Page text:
Mental Health Workers' Attitudes Towards Individuals With a Diagnosis of Borderline Personality Disorder: A Systematic Literature Review

Karen McKenzie, James Gregory, Lorna Hogg

Research output: Contribution to journalArticlepeer-review

Abstract

The attitudes of mental health workers toward individuals with mental health conditions can impact the quality of care they provide. Negative attitudes among mental health workers seem particularly common in response to people diagnosed with borderline personality disorder (BPD). The current review aimed to identify and review the literature regarding mental health workers' attitudes toward individuals diagnosed with BPD, specifically focusing on studies comparing workers' attitudes toward BPD with attitudes toward other mental health diagnoses. The findings suggest that mental health workers have more negative attitudes toward individuals labeled as having BPD than toward individuals with other diagnoses, such as depression. This is likely due to factors associated with the label itself, in addition to workers' perceptions of BPD symptoms and previous experiences of delivering treatment. The implications of these findings are considered, with a particular focus on how mental health services can effectively address negative attitudes toward BPD.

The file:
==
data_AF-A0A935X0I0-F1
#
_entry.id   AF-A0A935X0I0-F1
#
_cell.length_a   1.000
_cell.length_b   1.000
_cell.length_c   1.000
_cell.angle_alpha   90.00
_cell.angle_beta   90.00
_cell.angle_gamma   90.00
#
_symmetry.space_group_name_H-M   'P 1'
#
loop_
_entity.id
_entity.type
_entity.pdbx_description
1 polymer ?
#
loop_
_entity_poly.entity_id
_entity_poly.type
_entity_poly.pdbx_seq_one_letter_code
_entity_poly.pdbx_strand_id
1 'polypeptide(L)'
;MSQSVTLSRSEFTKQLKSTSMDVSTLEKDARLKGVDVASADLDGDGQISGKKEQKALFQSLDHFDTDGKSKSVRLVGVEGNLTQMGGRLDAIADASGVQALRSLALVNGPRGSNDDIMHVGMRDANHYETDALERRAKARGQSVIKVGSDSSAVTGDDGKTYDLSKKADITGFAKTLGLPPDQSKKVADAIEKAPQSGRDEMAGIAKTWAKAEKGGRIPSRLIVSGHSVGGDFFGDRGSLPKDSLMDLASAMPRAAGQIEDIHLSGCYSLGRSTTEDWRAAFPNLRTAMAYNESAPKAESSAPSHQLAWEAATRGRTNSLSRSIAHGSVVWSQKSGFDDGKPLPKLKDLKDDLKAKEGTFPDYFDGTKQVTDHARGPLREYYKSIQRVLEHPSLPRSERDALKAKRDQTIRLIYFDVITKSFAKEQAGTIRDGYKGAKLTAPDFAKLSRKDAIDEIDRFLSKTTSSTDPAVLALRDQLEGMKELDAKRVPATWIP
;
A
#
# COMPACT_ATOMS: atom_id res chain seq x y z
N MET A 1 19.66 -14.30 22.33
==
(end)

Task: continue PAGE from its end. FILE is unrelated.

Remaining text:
Original languageEnglish
Pages (from-to)70-98
Number of pages29
JournalJournal of Personality Disorders
Volume36
Issue number1
Early online date14 Jun 2021
DOIs
Publication statusPublished - 28 Feb 2022

Keywords

  • attitudes
  • borderline personality disorder
  • mental health stigma
  • mental health workers

ASJC Scopus subject areas

  • Clinical Psychology
  • Psychiatry and Mental health

Fingerprint

Dive into the research topics of 'Mental Health Workers' Attitudes Towards Individuals With a Diagnosis of Borderline Personality Disorder: A Systematic Literature Review'. Together they form a unique fingerprint.

Cite this